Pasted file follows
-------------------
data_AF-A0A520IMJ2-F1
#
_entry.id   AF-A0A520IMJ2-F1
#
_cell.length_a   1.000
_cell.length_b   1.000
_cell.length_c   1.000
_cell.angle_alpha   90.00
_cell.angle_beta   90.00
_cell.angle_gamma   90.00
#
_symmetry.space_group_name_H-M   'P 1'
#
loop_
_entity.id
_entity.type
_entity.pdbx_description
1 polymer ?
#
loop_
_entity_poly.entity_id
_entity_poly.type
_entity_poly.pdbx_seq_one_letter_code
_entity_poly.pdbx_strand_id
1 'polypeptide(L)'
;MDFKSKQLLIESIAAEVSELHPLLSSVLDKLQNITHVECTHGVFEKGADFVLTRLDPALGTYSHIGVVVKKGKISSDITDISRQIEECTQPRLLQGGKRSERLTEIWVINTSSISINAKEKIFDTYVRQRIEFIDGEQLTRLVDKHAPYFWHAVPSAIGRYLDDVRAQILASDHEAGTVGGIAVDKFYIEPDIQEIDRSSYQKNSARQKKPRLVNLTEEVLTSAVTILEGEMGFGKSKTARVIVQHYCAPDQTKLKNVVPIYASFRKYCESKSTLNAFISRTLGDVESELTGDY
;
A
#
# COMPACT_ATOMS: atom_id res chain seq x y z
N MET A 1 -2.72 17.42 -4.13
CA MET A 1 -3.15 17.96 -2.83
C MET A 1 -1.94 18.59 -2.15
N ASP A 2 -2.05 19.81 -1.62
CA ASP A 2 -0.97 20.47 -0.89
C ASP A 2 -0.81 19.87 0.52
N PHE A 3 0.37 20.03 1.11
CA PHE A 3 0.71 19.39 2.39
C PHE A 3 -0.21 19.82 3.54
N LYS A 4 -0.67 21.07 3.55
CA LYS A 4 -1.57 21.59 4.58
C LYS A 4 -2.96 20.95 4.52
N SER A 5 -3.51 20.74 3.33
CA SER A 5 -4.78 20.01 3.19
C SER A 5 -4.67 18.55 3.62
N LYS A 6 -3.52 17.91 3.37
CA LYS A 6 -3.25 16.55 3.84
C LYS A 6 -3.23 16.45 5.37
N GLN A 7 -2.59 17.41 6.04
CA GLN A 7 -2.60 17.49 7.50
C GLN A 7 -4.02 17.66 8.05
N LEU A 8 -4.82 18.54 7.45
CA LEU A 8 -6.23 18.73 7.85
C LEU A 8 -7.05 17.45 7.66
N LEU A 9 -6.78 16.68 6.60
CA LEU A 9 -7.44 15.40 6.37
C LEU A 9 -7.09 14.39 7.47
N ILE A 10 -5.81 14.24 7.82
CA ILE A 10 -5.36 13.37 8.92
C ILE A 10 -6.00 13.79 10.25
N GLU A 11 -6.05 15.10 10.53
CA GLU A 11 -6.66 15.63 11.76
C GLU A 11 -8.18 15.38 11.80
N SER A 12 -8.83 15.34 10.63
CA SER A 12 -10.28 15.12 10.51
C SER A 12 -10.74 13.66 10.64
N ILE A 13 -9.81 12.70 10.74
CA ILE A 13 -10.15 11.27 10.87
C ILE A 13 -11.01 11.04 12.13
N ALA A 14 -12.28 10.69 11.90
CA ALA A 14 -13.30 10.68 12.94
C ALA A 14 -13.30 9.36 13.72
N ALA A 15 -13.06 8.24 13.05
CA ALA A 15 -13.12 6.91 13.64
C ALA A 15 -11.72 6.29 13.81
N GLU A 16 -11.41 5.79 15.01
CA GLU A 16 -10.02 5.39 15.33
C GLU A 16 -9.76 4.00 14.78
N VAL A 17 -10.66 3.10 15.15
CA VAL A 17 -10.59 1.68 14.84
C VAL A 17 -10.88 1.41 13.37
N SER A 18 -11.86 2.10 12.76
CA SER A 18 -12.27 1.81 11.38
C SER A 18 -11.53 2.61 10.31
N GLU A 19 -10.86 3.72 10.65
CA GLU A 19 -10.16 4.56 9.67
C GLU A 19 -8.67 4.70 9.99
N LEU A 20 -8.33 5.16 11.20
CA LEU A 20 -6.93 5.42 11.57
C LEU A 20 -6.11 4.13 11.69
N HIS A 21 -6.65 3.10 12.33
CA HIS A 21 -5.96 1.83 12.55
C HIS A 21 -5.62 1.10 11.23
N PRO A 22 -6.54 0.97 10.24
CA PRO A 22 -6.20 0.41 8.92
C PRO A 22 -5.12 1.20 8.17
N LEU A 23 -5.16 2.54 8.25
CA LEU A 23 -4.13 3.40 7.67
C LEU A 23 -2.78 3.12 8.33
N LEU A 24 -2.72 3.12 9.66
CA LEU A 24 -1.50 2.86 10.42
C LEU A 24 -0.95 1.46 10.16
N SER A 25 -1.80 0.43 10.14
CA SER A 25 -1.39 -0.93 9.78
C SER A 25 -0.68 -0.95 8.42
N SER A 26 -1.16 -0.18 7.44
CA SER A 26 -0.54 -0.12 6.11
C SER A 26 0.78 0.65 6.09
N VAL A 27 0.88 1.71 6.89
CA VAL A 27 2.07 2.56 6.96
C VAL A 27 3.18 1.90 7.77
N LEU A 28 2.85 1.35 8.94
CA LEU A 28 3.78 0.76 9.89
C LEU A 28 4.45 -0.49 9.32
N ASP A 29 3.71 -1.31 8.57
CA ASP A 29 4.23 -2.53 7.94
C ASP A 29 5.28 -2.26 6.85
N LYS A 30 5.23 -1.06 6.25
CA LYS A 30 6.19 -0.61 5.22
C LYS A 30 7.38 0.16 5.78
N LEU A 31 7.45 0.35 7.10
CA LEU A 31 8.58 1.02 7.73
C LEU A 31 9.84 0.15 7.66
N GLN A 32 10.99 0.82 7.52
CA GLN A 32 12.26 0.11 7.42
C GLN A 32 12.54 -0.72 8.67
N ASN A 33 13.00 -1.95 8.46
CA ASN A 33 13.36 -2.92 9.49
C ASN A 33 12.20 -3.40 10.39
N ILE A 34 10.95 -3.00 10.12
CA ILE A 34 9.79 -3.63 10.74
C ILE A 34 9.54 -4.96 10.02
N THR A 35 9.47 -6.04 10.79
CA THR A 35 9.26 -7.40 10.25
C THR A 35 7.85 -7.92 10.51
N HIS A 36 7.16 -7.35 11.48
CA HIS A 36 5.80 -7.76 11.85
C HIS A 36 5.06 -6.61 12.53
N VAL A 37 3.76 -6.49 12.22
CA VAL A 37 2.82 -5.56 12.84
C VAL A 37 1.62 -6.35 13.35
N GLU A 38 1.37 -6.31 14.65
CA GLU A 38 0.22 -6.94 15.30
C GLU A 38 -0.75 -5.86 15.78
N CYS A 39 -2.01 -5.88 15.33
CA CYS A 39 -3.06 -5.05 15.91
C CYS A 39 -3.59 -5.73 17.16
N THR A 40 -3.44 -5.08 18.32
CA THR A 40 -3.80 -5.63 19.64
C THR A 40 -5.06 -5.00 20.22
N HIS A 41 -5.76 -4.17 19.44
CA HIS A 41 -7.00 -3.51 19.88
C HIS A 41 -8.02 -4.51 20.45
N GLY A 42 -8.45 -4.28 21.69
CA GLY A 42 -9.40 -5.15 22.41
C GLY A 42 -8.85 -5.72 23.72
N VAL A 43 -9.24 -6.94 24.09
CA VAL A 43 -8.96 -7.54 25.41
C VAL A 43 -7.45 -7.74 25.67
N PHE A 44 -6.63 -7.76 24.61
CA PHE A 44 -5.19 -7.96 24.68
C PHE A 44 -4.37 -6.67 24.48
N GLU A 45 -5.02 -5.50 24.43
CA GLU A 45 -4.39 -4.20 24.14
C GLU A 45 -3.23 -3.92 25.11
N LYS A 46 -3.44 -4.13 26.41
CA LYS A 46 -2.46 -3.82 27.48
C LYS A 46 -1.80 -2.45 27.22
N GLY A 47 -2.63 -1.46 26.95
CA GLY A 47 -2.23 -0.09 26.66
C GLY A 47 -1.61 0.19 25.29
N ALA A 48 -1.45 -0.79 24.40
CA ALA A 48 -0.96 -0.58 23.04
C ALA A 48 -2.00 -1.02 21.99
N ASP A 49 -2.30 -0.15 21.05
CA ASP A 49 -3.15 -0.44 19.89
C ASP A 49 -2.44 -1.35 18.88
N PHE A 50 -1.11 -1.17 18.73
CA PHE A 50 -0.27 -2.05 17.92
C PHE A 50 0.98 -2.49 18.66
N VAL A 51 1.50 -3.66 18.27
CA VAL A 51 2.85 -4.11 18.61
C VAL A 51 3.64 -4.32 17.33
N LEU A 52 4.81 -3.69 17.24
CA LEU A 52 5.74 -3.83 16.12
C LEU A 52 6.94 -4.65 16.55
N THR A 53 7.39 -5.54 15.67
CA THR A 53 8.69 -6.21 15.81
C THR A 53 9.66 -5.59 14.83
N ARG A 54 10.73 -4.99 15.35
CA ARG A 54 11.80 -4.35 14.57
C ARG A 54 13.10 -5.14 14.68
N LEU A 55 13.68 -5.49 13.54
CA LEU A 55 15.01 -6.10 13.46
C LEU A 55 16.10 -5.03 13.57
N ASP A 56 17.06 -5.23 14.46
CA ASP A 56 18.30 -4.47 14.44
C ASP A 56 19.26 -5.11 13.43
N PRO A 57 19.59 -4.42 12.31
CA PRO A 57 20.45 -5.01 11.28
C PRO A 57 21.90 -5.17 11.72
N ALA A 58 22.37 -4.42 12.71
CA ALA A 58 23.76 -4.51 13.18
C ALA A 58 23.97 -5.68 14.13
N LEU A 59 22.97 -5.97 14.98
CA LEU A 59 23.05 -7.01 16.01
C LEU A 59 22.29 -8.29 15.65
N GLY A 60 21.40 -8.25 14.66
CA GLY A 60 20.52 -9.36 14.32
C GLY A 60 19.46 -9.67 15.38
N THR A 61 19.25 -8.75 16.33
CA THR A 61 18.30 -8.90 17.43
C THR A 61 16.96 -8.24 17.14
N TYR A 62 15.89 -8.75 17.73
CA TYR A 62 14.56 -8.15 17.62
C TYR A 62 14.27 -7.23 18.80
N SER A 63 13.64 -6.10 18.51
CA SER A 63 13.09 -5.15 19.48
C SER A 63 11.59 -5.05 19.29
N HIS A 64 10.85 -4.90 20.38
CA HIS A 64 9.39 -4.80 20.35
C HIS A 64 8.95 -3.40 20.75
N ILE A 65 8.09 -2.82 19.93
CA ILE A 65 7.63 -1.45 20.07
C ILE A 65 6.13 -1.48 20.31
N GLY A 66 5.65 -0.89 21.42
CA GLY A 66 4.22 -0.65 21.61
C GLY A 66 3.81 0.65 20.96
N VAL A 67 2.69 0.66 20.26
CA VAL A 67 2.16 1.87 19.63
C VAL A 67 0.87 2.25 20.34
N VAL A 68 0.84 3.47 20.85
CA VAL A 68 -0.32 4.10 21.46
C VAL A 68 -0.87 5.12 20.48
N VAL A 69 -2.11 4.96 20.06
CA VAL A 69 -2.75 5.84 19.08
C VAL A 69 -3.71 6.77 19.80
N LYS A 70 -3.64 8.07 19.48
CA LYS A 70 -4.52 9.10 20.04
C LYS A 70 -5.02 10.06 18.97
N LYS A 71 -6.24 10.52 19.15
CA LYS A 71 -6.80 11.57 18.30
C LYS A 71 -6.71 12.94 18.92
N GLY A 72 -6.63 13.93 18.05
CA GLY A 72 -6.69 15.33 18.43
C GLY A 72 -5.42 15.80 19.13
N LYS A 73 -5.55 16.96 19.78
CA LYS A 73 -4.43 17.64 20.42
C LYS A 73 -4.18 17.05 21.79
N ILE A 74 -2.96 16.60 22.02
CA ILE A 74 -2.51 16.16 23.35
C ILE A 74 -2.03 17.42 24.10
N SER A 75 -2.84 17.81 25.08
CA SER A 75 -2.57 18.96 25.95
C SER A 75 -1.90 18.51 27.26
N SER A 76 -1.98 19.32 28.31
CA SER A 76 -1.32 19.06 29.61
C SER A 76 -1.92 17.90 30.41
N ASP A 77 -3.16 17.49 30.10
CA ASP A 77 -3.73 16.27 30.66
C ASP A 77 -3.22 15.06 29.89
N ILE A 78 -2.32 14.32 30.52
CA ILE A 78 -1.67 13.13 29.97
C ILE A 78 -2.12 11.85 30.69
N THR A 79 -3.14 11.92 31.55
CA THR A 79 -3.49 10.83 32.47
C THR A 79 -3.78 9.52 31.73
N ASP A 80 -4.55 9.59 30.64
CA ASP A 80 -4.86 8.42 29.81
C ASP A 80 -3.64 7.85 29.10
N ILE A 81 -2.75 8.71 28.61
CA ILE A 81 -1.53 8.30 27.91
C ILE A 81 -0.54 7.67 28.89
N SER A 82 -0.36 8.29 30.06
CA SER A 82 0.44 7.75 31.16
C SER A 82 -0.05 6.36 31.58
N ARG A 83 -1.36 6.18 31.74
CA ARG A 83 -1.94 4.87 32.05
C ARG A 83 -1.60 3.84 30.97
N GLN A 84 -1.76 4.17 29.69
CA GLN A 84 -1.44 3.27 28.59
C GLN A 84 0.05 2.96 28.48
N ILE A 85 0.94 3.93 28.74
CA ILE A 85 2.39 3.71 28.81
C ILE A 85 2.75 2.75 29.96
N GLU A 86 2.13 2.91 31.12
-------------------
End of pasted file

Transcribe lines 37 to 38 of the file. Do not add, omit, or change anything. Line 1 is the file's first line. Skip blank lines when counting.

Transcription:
N PHE A 3 0.37 20.03 1.11
CA PHE A 3 0.71 19.39 2.39